Despite the fact that the AFL has appointed an independent panel to investigate the racism allegation against Hawthorn, the indigenous families involved are still wary of participating in the investigations. Some of the families involved wrote an open letter to the AFL, requesting the league admit its failings in dealing with the issue of racism. The allegations focus on a period between 2008 and 2016. The letter continued, "We have decided to participate in the AFL Independent Investigation on the basis that the AFL is also committed to independently look at its own failings, and promises to all First Nations families it will do better as a result ... the issue of racism in the AFL cannot be dealt with by a narrowly targeted investigation on a club-by-club, or crisis-by-crisis, basis. We want the AFL to take a good hard look at itself and how it has dealt with racism in the past. Not because we want to trawl over 100 years of neglect, or conduct a witch-hunt or to bring legal claims, but because we want the AFL to be a safer place for our children."
Roster changes in the leadup to the AFL draft later this month continued at Gold Coast, Essendon, and Adelaide. In early November, inaugural Sun Rory Thompson announced his retirement citing ongoing knee issues as the reason. Thompson, 31, played 106 games for the Suns and leaves as the longest serving player in the club's short history. He was a local zone selection for the club and was one of only four players from the Gold Coast region selected for their inaugural 2011 season.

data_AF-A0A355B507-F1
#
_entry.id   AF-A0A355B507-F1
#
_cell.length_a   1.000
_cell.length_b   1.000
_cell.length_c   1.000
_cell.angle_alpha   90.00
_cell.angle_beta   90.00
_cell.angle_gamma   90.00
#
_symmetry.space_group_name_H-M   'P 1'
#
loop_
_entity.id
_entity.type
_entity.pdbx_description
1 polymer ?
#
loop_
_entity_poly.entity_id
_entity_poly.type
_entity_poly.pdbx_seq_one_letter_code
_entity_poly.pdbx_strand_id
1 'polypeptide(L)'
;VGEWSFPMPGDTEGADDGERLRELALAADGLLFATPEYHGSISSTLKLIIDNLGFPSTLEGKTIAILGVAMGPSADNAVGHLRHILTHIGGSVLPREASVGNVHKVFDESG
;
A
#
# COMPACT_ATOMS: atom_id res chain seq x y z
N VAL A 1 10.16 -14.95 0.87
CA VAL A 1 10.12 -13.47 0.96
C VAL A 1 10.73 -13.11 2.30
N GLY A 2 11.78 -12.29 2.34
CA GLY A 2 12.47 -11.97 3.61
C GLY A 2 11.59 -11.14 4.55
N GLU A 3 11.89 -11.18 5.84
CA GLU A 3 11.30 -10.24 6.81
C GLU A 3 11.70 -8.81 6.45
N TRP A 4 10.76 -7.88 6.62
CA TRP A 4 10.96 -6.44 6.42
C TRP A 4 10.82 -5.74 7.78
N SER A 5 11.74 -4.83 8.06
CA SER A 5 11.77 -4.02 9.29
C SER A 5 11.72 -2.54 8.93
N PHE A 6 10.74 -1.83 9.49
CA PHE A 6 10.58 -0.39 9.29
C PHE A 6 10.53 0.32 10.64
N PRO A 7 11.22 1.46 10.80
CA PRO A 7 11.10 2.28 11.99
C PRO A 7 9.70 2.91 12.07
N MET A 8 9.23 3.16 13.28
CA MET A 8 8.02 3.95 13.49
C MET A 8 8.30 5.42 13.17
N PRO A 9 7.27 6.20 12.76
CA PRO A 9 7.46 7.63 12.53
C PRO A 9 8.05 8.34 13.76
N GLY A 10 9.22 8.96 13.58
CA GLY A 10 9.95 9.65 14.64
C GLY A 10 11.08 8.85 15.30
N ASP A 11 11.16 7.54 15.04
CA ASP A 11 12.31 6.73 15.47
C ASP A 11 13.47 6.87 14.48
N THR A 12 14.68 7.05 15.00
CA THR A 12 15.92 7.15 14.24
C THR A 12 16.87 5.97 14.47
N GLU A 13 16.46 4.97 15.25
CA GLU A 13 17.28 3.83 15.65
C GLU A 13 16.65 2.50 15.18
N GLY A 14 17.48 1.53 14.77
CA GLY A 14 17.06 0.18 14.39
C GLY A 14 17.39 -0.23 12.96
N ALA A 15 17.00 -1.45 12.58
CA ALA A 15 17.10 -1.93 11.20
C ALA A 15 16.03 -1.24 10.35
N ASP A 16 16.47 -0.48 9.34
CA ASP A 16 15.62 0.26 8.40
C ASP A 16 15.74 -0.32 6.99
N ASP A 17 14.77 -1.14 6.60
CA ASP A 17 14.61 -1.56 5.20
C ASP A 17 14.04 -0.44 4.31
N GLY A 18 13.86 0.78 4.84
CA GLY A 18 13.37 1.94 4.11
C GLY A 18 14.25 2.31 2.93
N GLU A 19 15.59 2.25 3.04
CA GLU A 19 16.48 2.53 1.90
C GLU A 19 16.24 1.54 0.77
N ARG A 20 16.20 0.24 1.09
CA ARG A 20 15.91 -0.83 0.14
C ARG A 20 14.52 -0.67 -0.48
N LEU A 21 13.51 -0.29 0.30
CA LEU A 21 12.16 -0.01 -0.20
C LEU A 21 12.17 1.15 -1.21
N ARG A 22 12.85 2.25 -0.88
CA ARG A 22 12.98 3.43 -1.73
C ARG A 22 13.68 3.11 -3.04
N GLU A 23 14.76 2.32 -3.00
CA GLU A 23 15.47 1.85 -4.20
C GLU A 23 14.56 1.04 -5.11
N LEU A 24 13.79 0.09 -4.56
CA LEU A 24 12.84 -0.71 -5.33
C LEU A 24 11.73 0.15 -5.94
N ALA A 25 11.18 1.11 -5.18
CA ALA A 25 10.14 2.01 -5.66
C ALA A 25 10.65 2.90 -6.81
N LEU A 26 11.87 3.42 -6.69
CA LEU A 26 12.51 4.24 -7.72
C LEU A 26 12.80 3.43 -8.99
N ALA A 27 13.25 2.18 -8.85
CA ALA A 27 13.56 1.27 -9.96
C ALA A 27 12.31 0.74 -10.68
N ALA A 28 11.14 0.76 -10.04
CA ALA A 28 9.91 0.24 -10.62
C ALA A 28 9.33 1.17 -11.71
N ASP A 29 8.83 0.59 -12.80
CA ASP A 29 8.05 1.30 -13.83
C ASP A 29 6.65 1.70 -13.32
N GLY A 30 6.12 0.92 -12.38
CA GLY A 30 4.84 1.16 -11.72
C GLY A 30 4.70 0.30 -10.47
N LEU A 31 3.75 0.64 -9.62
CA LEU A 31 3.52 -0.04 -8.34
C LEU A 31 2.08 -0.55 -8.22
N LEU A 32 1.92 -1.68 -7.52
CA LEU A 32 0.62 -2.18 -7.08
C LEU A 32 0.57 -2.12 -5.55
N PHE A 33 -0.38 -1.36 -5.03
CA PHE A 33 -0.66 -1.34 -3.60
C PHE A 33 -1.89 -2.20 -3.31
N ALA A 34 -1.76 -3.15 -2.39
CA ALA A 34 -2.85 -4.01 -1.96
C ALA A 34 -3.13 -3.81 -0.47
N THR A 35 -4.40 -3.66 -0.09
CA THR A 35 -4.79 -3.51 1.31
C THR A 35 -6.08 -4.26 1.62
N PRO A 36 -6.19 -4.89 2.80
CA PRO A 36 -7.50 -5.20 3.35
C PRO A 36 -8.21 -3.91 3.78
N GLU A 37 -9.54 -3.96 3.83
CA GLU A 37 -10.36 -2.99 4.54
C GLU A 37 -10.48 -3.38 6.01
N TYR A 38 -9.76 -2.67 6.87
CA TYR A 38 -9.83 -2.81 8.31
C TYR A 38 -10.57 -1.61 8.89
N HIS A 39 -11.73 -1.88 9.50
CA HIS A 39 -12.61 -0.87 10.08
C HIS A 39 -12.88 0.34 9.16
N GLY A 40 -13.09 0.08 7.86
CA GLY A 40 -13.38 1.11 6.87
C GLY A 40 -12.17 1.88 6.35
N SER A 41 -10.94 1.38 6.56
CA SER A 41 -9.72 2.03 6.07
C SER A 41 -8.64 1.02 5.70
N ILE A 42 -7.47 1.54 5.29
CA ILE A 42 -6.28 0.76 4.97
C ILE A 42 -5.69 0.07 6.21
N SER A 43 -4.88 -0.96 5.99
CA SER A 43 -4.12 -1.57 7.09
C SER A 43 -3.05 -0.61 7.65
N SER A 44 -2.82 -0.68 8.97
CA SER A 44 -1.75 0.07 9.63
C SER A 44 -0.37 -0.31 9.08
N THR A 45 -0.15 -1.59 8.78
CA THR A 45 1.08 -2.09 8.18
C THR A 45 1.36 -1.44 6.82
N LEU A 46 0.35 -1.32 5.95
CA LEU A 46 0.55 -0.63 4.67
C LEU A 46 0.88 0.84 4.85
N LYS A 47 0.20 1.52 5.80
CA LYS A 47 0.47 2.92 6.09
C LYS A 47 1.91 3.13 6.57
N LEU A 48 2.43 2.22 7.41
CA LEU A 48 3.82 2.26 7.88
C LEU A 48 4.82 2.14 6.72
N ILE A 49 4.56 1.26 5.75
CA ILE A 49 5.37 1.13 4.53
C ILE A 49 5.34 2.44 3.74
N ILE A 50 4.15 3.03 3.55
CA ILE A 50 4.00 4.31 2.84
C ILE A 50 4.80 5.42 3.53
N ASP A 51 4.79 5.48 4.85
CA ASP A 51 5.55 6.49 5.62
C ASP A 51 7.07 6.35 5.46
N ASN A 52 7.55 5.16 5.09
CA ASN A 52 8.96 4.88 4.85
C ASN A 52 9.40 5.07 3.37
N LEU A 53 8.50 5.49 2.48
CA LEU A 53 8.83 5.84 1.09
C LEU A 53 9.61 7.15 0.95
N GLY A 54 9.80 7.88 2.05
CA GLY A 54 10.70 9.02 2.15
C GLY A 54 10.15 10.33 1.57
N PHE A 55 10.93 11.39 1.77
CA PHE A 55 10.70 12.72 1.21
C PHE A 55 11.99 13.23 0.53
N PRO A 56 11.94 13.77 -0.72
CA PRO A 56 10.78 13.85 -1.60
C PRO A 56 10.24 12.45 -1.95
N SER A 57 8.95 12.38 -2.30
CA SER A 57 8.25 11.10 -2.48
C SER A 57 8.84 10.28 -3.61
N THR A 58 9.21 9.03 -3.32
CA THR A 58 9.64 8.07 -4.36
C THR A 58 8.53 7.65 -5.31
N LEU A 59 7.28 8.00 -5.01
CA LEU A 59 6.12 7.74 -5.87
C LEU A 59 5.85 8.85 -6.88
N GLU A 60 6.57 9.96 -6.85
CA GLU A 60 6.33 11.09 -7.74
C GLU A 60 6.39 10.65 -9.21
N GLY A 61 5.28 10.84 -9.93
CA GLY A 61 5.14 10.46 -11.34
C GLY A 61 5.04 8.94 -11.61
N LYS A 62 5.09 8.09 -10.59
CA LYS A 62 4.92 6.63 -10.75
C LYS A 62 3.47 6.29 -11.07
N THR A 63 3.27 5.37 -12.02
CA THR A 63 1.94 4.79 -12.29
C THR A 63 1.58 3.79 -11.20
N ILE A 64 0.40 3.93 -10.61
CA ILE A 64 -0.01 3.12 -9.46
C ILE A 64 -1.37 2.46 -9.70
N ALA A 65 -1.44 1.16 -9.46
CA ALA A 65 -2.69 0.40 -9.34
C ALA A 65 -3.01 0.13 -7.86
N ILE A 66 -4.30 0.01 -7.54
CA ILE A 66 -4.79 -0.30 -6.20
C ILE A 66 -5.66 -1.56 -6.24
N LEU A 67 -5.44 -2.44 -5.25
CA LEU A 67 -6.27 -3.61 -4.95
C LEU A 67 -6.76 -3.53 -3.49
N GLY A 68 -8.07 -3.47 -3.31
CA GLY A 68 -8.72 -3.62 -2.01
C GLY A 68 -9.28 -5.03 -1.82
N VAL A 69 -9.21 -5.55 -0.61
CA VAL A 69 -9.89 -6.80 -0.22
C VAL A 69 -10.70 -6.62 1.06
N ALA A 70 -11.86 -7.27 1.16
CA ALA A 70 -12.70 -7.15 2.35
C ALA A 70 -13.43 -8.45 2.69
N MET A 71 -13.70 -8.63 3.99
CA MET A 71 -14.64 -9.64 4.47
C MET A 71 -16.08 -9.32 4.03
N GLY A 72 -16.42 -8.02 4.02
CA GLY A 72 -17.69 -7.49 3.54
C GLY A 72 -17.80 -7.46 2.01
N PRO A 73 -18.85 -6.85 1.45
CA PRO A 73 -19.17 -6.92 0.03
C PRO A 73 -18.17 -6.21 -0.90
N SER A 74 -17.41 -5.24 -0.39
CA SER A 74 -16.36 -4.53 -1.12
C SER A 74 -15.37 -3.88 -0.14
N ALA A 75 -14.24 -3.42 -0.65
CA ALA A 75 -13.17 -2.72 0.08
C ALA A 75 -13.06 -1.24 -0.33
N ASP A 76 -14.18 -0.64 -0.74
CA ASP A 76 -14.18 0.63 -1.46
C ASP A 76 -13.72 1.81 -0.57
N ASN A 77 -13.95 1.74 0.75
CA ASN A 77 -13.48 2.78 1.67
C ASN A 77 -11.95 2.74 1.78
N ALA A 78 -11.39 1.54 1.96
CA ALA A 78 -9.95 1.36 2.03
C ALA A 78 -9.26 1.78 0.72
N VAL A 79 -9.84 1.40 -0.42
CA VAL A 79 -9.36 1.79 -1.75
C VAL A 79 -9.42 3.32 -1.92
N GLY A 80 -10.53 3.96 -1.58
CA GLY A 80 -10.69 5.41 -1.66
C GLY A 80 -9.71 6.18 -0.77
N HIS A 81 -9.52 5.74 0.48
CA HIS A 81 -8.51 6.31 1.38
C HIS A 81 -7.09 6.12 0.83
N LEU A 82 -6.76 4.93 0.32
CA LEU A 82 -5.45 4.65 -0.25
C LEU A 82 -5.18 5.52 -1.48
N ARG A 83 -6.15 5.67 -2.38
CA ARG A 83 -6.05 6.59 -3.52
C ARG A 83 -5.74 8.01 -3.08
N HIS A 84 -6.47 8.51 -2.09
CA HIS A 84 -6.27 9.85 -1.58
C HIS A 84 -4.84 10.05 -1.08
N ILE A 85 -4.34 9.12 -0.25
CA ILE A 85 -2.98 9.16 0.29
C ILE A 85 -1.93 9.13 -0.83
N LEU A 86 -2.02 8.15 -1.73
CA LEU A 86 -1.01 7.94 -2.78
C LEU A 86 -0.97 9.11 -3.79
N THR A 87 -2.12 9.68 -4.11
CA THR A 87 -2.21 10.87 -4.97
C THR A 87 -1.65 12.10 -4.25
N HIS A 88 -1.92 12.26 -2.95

Two knee reconstructions disrupted his career, and he made a comeback early this season after almost four years on the sidelines. In making the announcement, Thompson said, “It’s been such a long journey with so many ups and downs and wonderful people ... I’m super grateful to the Suns for giving me that opportunity so many years ago as a young kid and having stuck with me all this time, it’s pretty hard to put into words what that means to me ... Towards the end of last year it was getting hard to back up games and keep my body moving and it just felt like the right time ... I ... didn’t think I would get drafted, so to go to where I am now after 14 years, I’m very proud of myself and the work I’ve put in and very grateful to the people that have helped me get this far.”